Director, HT Consulting
I'm fortunate to have had women support my development through out my career. I wouldn't have had key leadership opportunities without amazing wāhine like Michelle Hollands, Hetty Van Hale, Mary Gardiner and Sarah Barson advocating for me. I want to ensure I am doing the same for women and girls, not just in sport, but in all aspects of life.
Senior Manager, Development Services
International Cricket Council (ICC)
For me being an Ally means I commit to addressing gender equity and will speak up on every occasion I see or hear gender discrimination or imbalances. My advice for allies is to take responsibility to be the change. There will never be a better moment than now
NZ Women's Hockey Team Assistant Coach
Allyship for gender equity is is something I already believe in - so it's more around supporting others to believe in it as well. My advice for new allies is that it's not perfect and it will take time, but as long as you have the view to support change and promote gender equity that is a good place to start!
Sport NZ Graduate
Being an ally is using the privilege I have been entrusted with to ensure I am advocating for gender equity and impacting and influencing where I can to support gender equity. Also using what I can to create the space and platform to allow more voices to be heard. Gender equity to me is being treated fairly and appropriately between men and women. Acknowledging that doesn't necessarily mean 'equal' treatment but addressing situations to ensure it is equivalent.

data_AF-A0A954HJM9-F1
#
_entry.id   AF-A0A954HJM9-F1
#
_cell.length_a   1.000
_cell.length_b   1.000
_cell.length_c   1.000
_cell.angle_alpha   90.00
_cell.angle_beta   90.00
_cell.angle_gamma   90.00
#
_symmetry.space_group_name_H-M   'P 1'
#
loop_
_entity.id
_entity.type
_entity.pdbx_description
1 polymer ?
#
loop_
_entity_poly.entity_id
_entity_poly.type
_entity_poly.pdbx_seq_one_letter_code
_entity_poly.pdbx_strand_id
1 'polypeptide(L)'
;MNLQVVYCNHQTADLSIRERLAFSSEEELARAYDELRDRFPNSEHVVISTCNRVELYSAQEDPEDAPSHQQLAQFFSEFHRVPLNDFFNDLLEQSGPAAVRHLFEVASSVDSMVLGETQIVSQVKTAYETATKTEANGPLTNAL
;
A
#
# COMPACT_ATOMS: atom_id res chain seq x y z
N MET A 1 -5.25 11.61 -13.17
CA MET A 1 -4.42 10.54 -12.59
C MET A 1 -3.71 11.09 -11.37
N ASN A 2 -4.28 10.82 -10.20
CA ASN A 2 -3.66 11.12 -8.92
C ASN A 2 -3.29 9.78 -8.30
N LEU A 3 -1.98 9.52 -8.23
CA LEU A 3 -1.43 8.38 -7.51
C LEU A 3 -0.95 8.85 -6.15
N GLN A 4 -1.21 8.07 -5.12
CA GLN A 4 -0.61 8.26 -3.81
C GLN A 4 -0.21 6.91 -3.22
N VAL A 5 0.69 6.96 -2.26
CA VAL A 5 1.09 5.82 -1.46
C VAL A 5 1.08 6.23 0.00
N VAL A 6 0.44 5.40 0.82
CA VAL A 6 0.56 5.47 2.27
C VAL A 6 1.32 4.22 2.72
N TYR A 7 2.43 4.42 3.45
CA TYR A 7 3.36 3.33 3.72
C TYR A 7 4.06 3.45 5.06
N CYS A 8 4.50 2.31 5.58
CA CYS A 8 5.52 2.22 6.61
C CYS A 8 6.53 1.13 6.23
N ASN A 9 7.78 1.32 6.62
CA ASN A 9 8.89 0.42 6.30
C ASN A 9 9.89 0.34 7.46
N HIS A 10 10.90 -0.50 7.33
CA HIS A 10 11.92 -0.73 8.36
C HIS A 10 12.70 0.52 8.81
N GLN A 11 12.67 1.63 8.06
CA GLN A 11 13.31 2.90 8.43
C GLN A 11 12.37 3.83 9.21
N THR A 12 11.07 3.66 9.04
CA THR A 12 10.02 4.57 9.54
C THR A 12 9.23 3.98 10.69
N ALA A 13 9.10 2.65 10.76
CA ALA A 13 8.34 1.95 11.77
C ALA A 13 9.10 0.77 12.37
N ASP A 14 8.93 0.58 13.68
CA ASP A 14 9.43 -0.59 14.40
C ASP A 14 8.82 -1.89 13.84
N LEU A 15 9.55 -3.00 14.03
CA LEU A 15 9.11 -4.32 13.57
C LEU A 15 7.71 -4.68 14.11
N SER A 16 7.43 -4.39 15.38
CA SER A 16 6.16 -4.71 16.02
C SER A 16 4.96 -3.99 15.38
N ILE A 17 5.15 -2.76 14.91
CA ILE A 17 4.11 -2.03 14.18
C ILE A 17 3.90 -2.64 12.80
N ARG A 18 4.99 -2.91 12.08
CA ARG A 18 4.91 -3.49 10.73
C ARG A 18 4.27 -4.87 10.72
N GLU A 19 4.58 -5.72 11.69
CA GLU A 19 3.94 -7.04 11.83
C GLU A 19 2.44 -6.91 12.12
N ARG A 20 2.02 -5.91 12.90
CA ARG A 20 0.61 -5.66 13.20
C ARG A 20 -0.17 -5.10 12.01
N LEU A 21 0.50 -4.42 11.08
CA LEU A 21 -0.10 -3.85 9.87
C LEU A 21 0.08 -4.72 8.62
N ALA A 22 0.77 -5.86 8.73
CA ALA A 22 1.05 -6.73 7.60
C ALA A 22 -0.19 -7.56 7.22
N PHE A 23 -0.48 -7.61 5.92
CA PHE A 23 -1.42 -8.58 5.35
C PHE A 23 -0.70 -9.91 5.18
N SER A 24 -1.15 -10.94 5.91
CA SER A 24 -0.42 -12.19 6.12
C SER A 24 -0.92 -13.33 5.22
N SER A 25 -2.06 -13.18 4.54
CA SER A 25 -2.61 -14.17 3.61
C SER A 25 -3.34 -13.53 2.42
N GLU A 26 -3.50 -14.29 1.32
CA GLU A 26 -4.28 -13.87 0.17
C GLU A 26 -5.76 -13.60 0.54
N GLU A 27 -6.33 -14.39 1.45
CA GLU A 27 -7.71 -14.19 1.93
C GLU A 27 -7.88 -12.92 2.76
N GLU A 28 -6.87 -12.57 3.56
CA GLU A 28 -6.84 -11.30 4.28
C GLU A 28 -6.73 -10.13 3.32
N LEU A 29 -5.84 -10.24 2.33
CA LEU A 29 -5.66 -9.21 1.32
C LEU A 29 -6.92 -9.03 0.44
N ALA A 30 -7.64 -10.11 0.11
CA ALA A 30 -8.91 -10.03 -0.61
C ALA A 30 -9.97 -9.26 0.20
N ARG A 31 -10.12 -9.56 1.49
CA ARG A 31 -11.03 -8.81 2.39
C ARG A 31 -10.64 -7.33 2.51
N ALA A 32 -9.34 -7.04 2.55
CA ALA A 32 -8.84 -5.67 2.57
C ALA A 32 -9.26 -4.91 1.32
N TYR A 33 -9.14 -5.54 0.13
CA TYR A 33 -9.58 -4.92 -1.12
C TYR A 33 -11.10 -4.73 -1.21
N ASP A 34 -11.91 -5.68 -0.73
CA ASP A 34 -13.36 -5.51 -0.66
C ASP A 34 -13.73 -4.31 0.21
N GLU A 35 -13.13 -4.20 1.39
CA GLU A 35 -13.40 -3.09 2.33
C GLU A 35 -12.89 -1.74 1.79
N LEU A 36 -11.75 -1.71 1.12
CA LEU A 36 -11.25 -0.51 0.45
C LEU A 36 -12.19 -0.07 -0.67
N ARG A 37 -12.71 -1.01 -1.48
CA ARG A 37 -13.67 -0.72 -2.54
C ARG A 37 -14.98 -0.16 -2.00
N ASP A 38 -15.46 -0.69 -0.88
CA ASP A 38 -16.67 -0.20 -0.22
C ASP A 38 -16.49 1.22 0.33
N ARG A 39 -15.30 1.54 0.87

Community Partnerships Advisor,
Team Lead and Active Recreation,
As a young kid I remember Sarah Ulmer breaking the world record and winning gold at the 2004 Olympics. That is probably my first female sporting moment but also my favourite! My biggest advice for allies would be to understand and listen to females so you can therefore be supportive and help them achieve their goals no matter how big or small they are! As a male i am aware that it can be uncomfortable having these conversations, ultimately it is about getting comfortable in the uncomfortable to be a male ally which has helped me have success so far!